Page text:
- remember not to admit liability when questioned (in most collision cases investigated by the Club, both parties, to a greater or lesser extent, have been found to blame), and take special care to prevent unauthorized surveyors and lawyers from boarding the ship; • brief crew members, tell them the facts and instruct them not to discuss the incident with anybody;
- depending upon the damage caused during the collision, a survey of the ship’s damage or of the cargo or an accident investigation may be necessary – the P&I correspondent will arrange these surveys;
- if injuries, pollution or cargo damage have resulted from the incident, then concerned checklist to be used in conjunction.
- if the damage has been caused by ship’s wash, make a list of all other vessels which passed at or near the time of the incident.
The most common type of pollution is by oil. However, P&I cover is not limited merely to oil pollution; any pollution which originates from or is caused by the ship is covered (e.g. smoke or garbage). If you see or suspect pollution from your ship, the golden rule is to take action, no matter how small the pollution may be, even if you are not certain that your ship is to blame.
- investigate every allegation of pollution, not just allegations of oil pollution;
- suspend all pumping operations and close all valves in bilge, ballast, bunkering and cargo systems;
- inform port control, your owner or manager and the P&I correspondent – ask for a surveyor (if the port authority is carrying out an investigation, ask for a lawyer as well);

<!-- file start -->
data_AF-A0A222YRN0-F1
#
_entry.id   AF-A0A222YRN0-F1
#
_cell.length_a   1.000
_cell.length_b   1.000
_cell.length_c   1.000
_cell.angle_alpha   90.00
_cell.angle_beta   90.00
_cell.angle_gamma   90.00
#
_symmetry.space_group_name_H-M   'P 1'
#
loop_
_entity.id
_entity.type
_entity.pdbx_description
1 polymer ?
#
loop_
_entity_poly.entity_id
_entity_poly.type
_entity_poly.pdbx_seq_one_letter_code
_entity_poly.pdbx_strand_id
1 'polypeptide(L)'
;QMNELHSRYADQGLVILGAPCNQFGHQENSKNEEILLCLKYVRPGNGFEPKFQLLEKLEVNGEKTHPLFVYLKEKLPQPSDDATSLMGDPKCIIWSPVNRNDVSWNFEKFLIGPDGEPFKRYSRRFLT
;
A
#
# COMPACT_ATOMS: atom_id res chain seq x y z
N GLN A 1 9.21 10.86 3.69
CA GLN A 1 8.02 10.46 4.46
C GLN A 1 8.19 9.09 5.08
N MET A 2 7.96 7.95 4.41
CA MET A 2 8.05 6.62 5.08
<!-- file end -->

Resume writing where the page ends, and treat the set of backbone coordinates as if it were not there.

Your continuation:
- if in US waters, make sure you follow the vessel’s response plan (tankers), otherwise follow the SOPEP;
- if possible, identify the source and cause of the pollution;
- take photographs to show the extent of the pollution;
- if possible, collect samples, seal and date them;
- if the pollution originates from a tank overflow, obtain the following information from whoever was involved and write it down:
- sequence of events, which led to the pollution;
- pump start and stop times;
- agreed pumping rate;
- tank volume;
- topping off procedure;
- record of soundings.
- if the pollution has been caused by failure of ship’s equipment, assemble details of recent examinations, maintenance or tests, plus a test certificate if a flexible hose is used.
Cargo Loss or Damage
P&I Clubs do not directly insure the cargo for loss or damage but they do insure shipowners or managers for their liability to cargo owners for loss or damage arising while the cargo is in the custody of the ship. Good maintenance, careful handling, stowage and transportation prevent many cargo claims.
At the loading port Cargo is often damaged before shipment. If the damage goes unnoticed before the cargo is loaded and clean bills of lading are issued, receivers will claim against the shipowner for pre-existing damage. There are different reasons for pre-shipment damage and you should look out for the following:
- cargo loaded with debris or foreign bodies;
- cargo damaged or in substandard condition when loaded;
- cargo exposed on the quayside prior to loading. if cargo is being loaded which shows signs of damage – stop loading and call the P&I correspondent. The mate’s receipts and bills of lading may have to be claused;
- if water-sensitive cargoes are carried, note in the ship’s cargo log the storage conditions prior to loading and method of delivery to the ship;
- if cargo is a steel product, always arrange with the local P&I correspondent for a pre-loading survey. Cargo can also be damaged during loading:
- by rain;
- by the stevedores;
- or because the cargo hold or tank has not been cleaned properly or prepared for the cargo;
- because it is stowed improperly or in the wrong location inside the ship.